midrib

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Related to midribs: venation

mid·rib

 (mĭd′rĭb′)
n.
The central or principal vein of a leaf.

midrib

(ˈmɪdˌrɪb)
n
(Botany) the main vein of a leaf, running down the centre of the blade

mid•rib

(ˈmɪdˌrɪb)

n.
the central or middle rib of a leaf.
[1690–1700]

mid·rib

(mĭd′rĭb′)
The central or main vein of a leaf. See more at leaf.
ThesaurusAntonymsRelated WordsSynonymsLegend:
Noun1.midrib - the vein in the center of a leafmidrib - the vein in the center of a leaf  
nervure, vein - any of the vascular bundles or ribs that form the branching framework of conducting and supporting tissues in a leaf or other plant organ
References in periodicals archive ?
The grafts and leaf midribs used for inoculation were obtained from HLB positive sweet orange (C.
It produces feathery rosy-pink blooms at this time of year and has arching leaves with white midribs that turn rich bronze in autumn.
NEW YORK -- Growing up in Pampanga, Angeles City, Lorina Tayag-Capitulo was always with her father, who drew giraffes and made flowers from cigarette foil and created 'bahay kubo' out of coconut midribs.
The characteristic reddish-brown to tan colored midribs of mutant leaf blades contrasts with the pale green midrib of wild-type leaf blades.
We are very fortunate that from this training, we have known that palm stalks and midribs have high pulp recovery and the fibers generated have strength comparable to abaca fibers, Melinda Bonayos, proprietor of the Double Day Handy Craft, said.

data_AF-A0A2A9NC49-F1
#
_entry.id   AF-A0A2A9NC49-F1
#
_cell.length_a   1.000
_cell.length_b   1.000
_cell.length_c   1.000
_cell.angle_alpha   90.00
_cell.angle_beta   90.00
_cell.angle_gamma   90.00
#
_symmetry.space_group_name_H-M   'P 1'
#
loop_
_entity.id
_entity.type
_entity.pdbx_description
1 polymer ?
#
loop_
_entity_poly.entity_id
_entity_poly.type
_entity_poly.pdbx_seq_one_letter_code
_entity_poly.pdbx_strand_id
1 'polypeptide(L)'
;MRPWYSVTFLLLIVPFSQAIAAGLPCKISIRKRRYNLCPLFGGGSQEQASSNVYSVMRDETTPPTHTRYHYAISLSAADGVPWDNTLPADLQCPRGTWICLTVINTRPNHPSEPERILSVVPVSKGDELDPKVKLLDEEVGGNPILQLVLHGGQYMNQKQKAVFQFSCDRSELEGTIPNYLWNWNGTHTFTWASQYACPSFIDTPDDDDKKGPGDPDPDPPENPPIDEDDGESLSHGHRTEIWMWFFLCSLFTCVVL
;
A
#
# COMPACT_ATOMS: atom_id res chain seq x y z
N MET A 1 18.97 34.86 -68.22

She buys the leaves from Asia Market in Manhattan's Chinatown, about a dozen a pack with the midribs cut out, folded like tablecloths.
This European plant has the added attraction of distinctive white midribs and veins on its prominent, arrow–shaped leaves.
Created using the midribs of coconut fronds, these charts were not referred to during the voyage.
Effects of aqueous extraction on the performance and properties of polypropylene/wood composites from date palm midribs and Acacia tortilis wood.
jamesoniana midrib not be construed phyllodic cases, because this type of anatomical structure here observed might equally well be taken to indicate that the organ showing is similar the midrib region of a Eudicotyledonous leaf, which may also have inverted bundles in midribs.
It was observed that the rate of drying the midribs is slower than the laminas therefore the midribs were separated from the laminas.
The other plant is ''sensitive plant'' (Mimosa pudica), which gets its name from the way its leaflets rapidly collapse along their midribs at the slightest touch.